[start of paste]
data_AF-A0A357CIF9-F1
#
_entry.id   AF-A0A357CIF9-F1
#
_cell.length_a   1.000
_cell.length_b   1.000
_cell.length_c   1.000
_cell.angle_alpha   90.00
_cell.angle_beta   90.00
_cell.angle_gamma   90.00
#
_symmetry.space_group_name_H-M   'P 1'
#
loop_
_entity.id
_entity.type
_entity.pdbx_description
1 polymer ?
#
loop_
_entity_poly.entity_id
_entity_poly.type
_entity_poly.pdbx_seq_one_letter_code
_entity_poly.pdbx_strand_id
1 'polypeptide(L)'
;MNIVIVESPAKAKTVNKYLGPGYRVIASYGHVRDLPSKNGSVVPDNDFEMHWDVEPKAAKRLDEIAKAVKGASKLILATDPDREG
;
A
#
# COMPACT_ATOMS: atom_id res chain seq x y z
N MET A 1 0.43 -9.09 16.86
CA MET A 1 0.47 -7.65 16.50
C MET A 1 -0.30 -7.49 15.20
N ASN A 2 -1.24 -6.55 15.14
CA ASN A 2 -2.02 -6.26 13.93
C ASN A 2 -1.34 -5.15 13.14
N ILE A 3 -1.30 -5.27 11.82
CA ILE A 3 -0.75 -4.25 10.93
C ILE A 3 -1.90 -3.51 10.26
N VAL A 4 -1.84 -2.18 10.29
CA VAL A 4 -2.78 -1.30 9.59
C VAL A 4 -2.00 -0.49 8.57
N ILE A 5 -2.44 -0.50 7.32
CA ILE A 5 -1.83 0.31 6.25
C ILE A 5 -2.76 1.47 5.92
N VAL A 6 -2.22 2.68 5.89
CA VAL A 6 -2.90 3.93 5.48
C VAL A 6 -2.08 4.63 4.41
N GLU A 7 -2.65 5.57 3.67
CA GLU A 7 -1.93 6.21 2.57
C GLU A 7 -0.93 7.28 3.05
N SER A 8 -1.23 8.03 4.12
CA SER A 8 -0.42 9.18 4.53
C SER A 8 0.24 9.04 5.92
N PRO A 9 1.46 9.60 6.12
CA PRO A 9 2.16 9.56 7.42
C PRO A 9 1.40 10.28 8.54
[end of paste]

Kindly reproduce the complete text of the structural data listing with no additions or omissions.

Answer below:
data_AF-A0A357CIF9-F1
#
_entry.id   AF-A0A357CIF9-F1
#
_cell.length_a   1.000
_cell.length_b   1.000
_cell.length_c   1.000
_cell.angle_alpha   90.00
_cell.angle_beta   90.00
_cell.angle_gamma   90.00
#
_symmetry.space_group_name_H-M   'P 1'
#
loop_
_entity.id
_entity.type
_entity.pdbx_description
1 polymer ?
#
loop_
_entity_poly.entity_id
_entity_poly.type
_entity_poly.pdbx_seq_one_letter_code
_entity_poly.pdbx_strand_id
1 'polypeptide(L)'
;MNIVIVESPAKAKTVNKYLGPGYRVIASYGHVRDLPSKNGSVVPDNDFEMHWDVEPKAAKRLDEIAKAVKGASKLILATDPDREG
;
A
#
# COMPACT_ATOMS: atom_id res chain seq x y z
N MET A 1 0.43 -9.09 16.86
CA MET A 1 0.47 -7.65 16.50
C MET A 1 -0.30 -7.49 15.20
N ASN A 2 -1.24 -6.55 15.14
CA ASN A 2 -2.02 -6.26 13.93
C ASN A 2 -1.34 -5.15 13.14
N ILE A 3 -1.30 -5.27 11.82
CA ILE A 3 -0.75 -4.25 10.93
C ILE A 3 -1.90 -3.51 10.26
N VAL A 4 -1.84 -2.18 10.29
CA VAL A 4 -2.78 -1.30 9.59
C VAL A 4 -2.00 -0.49 8.57
N ILE A 5 -2.44 -0.50 7.32
CA ILE A 5 -1.83 0.31 6.25
C ILE A 5 -2.76 1.47 5.92
N VAL A 6 -2.22 2.68 5.89
CA VAL A 6 -2.90 3.93 5.48
C VAL A 6 -2.08 4.63 4.41
N GLU A 7 -2.65 5.57 3.67
CA GLU A 7 -1.93 6.21 2.57
C GLU A 7 -0.93 7.28 3.05
N SER A 8 -1.23 8.03 4.12
CA SER A 8 -0.42 9.18 4.53
C SER A 8 0.24 9.04 5.92
N PRO A 9 1.46 9.60 6.12
CA PRO A 9 2.16 9.56 7.42
C PRO A 9 1.40 10.28 8.54